The Boston Public Health Commission (BPHC) has closed Jamaica Pond due to a suspected bloom of blue-green algae, which can be very harmful and even cause death to dogs.
During the closing, swimming, boating, fishing, or engaging in other recreational activities on or in the water are not allowed. Dogs are also not allowed to swim in or drink the water.
Health officials noted the algae bloom, also known as cyanobacteria, through a visual inspection of the pond. Algae blooms such as this may produce toxins that can make people and pets sick. People are being advised to avoid contact with the water and any areas of algae concentration, even on shore.
If you, your child, or your dog comes in contact with the water or an algae bloom, rinse off immediately, said public health officials.
Algae blooms may last for weeks in the summer or may disappear quite quickly. Staff from Massachusetts Department of Public Health (DPH) and Massachusetts Department of Environmental Protection (DEP) took water samples from Jamaica Pond for analysis on July 30. The BPHC will review state sampling results for the presence of a visible algae bloom in Jamaica Pond during the coming weeks. Water samples will be gathered occur at least weekly while the algae bloom persists, and for several weeks after it is no longer visible. DPH recommends that the recreational water advisory should not be lifted until two consecutive weekly samples show algal cell counts below the safe limit of 70,000 cells/milliliter of water.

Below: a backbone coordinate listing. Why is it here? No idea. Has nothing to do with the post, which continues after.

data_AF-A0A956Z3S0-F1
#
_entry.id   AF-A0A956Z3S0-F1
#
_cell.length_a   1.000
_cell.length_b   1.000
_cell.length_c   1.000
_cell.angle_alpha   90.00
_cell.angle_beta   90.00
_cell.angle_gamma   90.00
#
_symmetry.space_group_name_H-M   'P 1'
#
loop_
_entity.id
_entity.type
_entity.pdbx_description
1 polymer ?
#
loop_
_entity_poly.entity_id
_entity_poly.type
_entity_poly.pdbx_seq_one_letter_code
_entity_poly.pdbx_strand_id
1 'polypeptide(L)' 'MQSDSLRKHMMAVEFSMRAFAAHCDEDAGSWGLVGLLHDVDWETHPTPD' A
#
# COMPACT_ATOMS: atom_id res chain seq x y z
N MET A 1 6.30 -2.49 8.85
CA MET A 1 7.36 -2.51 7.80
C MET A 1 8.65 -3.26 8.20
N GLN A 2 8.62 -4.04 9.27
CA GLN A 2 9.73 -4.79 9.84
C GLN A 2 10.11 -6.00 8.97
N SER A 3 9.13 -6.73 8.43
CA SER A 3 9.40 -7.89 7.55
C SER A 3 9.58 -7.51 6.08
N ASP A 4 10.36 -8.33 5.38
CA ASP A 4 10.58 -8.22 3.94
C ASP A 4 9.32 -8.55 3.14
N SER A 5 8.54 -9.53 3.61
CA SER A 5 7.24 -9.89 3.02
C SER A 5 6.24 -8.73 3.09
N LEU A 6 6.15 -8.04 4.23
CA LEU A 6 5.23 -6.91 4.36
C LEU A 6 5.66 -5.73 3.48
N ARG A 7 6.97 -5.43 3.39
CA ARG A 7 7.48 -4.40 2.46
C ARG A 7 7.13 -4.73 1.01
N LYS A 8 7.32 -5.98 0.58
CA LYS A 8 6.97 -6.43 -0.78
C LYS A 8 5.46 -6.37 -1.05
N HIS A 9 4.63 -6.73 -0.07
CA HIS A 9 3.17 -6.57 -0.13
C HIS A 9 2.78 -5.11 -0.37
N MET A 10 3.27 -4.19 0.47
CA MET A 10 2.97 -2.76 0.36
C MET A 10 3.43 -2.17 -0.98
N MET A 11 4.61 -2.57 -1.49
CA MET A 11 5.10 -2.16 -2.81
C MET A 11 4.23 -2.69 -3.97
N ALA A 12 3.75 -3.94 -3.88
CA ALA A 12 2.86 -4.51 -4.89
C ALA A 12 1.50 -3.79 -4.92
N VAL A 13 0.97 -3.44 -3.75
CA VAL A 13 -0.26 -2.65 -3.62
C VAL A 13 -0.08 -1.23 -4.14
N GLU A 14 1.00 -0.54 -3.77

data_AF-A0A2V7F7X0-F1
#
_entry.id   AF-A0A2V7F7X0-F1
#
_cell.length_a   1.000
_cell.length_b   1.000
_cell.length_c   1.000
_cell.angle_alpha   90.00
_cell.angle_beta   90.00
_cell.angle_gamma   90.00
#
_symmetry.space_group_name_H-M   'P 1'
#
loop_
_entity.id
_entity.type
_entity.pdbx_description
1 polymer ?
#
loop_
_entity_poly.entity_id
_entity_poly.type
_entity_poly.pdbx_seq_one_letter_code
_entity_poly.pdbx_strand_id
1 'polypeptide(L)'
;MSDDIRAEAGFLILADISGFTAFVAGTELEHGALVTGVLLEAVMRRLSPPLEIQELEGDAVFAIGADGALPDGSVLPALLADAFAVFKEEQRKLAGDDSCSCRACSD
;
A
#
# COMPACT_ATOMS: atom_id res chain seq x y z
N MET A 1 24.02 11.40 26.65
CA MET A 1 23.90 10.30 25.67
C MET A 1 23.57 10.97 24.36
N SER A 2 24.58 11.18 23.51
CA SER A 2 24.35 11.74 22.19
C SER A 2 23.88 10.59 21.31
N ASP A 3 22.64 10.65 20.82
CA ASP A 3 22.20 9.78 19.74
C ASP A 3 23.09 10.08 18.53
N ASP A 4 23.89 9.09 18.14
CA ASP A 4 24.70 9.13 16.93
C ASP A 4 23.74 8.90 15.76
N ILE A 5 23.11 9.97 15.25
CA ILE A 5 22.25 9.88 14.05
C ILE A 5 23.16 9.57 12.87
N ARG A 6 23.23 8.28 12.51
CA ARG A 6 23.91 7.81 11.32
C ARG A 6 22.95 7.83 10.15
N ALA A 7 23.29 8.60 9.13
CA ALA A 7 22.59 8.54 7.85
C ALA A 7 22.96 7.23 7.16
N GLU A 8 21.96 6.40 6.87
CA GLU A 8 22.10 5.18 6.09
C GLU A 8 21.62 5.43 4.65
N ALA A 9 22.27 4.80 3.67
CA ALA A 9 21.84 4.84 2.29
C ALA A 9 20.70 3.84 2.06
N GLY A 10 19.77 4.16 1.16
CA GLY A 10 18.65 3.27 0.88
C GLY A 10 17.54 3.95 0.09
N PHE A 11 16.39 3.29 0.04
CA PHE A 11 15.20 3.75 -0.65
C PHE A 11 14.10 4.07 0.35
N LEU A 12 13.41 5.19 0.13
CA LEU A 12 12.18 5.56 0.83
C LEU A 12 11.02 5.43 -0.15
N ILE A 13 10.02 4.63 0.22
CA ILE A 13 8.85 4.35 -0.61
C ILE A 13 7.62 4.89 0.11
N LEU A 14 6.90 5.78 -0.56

Blue-green algae can form harmful blooms in lakes, ponds, and rivers that make the water murky, and can sometimes make the water look like pea soup or paint, said a press release. The current suspected bloom in Jamaica Pond appears like a dull green discoloration.
For humans, the primary concern is ingestion of water containing blue-green algae while swimming, albeit swimming is not allowed at Jamaica Pond. There is also a concern of direct skin contact with the blue-green algae, and inhalation of water droplets containing blue-green algae or toxins. For dogs, the primary concern is the ingestion of water containing blue-green algae or scum that has washed ashore or gotten onto their skin or fur.
Contact with the blooms may irritate the skin and eyes, inhalation can cause respiratory irritation, and worsen pre-existing respiratory conditions. Ingestion of blue-green algae can cause intestinal issues such as vomiting and diarrhea. Small pets due to their smaller body weights can be greatly affected, including intestinal, liver, kidney, neurological issues, and sometimes can result in death.
Please call your veterinarian immediately if your dog has been around an algae bloom and shows symptoms such as vomiting, staggering, drooling, or convulsions. These symptoms present themselves fairly quickly after exposure, said BPHC officials. Dogs are known to eat the scum that washes ashore or lick scum out of their fur.